Author: Anne Elrod Whitney
For the past several years I have met monthly with a group of K-12 teachers, librarians, and special educators from a number of different schools spread across our small town. After a long school day, we eat cookies or fruit, share stories from our classrooms, compare notes on teacher interns or on new policies—and we write. We sit in a public library, a church library, or a living room, and we write. Sometimes the writing is hard. Words fail us. We feel we can’t break through the onslaught of the day to say anything other than “I survived.” Emails from colleagues or from parents pour into our inboxes, pulling us out of our writing with their little pinging sounds. Our phones buzz with texts from the babysitter, or calls from the bank. We’re tired and we rub our eyes. Our minds wander and the words are hard to come by.
And yet we write. We write blogs for community consumption. We write letters to the superintendent or school board. We write articles for the journals of our professional associations. We write rants and diatribes, poems and promises. We write a column for the local paper. We do write. Sometimes the fifteen or twenty minutes we spend in “writing time,” quiet together with keys tapping or pencils scratching, is the only quiet time in a teacher’s whole professional day. That we write, period, can feel like a triumph.
Our writing works for us. We have used our column to present to the people of our town a glimpse of the life we live inside classrooms and our sense of the generative places schools can be if we are brave enough to make them so. We have used journal articles to urge our colleagues to try something we found helpful—or more usually, to invite them into a conversation about something we struggle with. Our writing has been a steam release valve, a fire alarm, a trumpet call, the knocking of a gavel, a swan song, a dinner bell. We have written well and we have written poorly, but through it all we have, over time, come to call ourselves “teacher-writers.”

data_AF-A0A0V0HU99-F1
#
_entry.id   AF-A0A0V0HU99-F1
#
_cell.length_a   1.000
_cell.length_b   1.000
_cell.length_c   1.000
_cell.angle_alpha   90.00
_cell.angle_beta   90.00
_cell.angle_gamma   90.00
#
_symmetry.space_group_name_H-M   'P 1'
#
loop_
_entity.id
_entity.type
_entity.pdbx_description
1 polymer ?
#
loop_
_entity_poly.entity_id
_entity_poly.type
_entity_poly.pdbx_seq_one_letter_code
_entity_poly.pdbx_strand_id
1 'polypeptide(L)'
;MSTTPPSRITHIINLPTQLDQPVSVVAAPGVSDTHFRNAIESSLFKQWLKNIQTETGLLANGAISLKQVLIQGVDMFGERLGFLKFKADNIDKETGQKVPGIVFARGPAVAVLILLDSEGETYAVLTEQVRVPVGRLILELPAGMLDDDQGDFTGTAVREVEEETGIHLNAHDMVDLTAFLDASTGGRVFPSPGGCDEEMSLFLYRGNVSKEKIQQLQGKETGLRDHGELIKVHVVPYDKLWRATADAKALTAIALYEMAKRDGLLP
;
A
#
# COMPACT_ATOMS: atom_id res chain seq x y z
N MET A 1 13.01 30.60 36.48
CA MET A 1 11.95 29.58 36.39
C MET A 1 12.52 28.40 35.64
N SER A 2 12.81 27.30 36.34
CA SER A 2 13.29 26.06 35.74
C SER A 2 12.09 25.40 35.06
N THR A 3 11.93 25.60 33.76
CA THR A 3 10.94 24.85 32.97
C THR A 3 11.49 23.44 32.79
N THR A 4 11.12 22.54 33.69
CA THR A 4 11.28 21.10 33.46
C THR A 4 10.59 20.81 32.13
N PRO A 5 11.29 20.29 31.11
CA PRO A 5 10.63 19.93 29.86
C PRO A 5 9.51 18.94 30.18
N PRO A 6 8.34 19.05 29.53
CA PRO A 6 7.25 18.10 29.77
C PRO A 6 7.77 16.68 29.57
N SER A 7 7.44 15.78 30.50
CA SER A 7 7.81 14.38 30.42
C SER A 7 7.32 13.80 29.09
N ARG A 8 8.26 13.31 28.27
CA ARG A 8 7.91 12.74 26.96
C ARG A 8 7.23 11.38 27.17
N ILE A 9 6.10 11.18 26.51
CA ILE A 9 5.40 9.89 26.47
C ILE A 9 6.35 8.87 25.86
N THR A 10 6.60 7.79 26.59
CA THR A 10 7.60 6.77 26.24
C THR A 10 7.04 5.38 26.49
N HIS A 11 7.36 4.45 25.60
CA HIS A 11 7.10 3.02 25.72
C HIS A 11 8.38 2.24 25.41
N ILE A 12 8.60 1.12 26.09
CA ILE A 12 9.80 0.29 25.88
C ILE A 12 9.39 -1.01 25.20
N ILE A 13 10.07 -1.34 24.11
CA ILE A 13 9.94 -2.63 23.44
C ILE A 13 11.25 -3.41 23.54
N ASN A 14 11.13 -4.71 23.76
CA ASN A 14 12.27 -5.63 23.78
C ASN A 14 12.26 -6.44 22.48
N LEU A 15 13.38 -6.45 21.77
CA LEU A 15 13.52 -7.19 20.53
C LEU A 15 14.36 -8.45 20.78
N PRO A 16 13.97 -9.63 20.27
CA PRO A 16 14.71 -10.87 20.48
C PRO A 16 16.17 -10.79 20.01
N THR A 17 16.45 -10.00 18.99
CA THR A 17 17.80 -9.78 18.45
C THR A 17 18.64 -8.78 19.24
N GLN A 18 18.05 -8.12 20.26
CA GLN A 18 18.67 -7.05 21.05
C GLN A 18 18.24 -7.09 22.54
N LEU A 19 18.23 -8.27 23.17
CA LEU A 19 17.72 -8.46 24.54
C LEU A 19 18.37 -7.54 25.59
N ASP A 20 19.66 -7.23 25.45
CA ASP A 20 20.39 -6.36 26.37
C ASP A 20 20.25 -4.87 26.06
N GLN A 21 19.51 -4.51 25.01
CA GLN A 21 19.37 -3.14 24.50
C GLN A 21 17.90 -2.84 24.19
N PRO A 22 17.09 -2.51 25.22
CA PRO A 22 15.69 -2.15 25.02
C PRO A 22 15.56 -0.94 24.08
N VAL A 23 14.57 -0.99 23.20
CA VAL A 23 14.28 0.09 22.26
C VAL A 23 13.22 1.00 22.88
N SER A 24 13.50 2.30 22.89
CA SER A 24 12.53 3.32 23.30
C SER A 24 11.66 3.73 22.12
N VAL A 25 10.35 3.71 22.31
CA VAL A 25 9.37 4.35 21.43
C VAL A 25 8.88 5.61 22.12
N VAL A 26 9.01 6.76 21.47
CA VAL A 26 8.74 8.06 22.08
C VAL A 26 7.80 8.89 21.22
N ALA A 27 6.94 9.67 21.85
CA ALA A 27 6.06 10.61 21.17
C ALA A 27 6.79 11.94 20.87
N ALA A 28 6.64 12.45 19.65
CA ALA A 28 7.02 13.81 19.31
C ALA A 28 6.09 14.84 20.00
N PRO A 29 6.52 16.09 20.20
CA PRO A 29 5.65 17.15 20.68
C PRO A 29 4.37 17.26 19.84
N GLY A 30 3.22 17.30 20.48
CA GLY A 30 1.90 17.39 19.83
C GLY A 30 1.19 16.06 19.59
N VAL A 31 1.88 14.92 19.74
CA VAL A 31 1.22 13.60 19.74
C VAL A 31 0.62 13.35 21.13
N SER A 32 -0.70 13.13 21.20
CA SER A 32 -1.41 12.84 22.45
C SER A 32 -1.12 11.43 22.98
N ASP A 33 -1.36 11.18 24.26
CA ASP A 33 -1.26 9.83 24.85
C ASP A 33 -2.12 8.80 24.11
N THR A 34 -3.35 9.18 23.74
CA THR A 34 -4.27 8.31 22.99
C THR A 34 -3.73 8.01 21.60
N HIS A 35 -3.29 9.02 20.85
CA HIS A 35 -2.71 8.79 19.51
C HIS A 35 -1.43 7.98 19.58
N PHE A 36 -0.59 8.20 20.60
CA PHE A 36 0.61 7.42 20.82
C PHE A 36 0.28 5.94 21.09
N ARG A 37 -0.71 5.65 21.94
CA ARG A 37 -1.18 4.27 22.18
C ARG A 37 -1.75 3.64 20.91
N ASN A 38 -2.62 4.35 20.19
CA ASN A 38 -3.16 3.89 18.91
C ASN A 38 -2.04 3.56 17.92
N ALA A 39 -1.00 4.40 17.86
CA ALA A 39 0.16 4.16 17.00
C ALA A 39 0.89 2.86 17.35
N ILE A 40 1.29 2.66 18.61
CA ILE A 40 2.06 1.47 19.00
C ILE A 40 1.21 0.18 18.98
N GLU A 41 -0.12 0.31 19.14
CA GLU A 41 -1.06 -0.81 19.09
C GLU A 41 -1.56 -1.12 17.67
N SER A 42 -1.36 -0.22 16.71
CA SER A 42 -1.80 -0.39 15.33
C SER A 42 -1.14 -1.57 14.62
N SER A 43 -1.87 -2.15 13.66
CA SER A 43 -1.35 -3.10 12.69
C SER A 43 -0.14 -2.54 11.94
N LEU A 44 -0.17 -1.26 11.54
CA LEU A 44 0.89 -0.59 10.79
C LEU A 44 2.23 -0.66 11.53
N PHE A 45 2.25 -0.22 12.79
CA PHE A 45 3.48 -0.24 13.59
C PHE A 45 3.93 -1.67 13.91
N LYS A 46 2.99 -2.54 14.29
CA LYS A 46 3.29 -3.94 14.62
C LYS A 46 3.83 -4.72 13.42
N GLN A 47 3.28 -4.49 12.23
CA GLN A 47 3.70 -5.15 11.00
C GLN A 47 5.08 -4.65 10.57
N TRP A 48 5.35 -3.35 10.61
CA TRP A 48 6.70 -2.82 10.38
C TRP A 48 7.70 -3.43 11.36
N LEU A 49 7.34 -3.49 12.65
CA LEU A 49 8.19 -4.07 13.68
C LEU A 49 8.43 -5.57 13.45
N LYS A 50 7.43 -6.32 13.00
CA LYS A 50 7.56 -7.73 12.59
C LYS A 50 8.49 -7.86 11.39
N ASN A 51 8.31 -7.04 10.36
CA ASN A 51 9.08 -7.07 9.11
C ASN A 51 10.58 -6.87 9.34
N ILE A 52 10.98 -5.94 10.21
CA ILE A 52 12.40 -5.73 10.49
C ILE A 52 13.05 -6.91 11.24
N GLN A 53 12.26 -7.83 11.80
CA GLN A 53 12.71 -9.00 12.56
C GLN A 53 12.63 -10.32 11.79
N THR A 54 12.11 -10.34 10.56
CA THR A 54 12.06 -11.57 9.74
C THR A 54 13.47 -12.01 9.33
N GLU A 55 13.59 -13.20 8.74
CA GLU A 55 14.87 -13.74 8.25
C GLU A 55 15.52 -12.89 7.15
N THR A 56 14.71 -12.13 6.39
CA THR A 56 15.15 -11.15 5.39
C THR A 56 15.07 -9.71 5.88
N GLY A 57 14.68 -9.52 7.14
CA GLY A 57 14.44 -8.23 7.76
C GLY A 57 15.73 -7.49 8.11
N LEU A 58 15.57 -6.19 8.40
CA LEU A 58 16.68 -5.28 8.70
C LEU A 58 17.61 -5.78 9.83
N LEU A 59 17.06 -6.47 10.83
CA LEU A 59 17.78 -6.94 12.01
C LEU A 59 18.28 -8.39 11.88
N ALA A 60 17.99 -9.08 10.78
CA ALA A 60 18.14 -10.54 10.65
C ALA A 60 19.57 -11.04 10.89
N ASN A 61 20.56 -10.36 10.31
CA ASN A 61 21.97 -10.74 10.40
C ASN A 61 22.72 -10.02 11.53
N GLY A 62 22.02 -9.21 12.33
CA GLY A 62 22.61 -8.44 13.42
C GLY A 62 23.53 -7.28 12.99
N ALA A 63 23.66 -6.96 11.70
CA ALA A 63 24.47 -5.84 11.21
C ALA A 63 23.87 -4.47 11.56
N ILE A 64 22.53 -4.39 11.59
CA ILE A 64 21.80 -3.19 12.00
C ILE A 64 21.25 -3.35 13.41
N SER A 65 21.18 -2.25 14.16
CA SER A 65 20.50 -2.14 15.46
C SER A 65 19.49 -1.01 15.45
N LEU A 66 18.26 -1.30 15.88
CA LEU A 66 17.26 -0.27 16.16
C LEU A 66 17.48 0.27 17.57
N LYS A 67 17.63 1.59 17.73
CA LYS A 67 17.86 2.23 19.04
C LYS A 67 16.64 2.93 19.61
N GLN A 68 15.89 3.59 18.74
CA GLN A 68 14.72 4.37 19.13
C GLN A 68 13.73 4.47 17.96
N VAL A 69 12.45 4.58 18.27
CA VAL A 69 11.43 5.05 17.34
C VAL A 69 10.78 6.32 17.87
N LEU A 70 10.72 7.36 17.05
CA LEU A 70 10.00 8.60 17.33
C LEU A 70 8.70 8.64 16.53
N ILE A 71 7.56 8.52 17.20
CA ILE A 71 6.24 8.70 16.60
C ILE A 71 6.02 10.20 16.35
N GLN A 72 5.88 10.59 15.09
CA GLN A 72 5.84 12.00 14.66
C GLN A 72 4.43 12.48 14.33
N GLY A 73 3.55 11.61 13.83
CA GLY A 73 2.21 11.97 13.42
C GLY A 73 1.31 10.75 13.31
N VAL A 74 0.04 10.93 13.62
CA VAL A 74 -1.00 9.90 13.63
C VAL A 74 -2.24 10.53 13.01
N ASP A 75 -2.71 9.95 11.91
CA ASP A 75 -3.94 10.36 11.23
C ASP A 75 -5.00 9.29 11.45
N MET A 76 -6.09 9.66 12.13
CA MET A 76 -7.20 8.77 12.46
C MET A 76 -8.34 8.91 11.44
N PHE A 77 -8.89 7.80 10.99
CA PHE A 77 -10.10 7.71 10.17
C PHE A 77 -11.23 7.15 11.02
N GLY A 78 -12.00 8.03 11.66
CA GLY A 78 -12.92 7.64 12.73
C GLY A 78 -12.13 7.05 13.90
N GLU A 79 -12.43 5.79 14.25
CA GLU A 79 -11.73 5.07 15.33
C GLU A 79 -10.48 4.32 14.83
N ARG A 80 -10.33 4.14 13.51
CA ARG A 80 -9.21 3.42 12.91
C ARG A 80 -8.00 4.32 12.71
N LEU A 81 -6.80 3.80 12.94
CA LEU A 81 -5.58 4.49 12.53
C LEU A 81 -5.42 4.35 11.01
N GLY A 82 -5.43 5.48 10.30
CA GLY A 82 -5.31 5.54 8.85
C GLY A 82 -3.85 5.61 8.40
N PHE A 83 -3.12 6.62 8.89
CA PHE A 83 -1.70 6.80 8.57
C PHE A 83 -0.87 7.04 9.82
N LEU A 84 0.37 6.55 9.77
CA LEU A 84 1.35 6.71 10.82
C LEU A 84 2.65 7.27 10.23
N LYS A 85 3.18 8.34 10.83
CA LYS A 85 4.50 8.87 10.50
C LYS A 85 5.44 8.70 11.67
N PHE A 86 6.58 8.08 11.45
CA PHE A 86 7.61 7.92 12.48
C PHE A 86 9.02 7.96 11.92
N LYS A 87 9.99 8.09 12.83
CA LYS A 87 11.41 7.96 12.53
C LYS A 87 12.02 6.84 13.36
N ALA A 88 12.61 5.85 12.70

To be a teacher-writer is different than being a teacher or being a writer. It is to be one who both engages a process of composing and one who engages others in doing so. It is both to guide students and to work alongside them. It is to claim a vision of writing as something more than the mere transfer of information or as the mere completion of a formula. It is to claim a vision of teaching as something more than the mere transfer of information or the mere completion of a formula. To be a teacher-writer is to raise your voice and let your writing be as powerful as it can be.
Anne Elrod Whitney is Associate Professor of Education at the Pennsylvania State University. A former high school English teacher, she now works with teachers and conducts research on writers and writing inside and outside of school. To read more about the teacher-writer group she describes in this post, see “Writing as Teacher Leadership” (Whitney & Badiali) beginning on page 2 of English Leadership Quarterly, October 2010.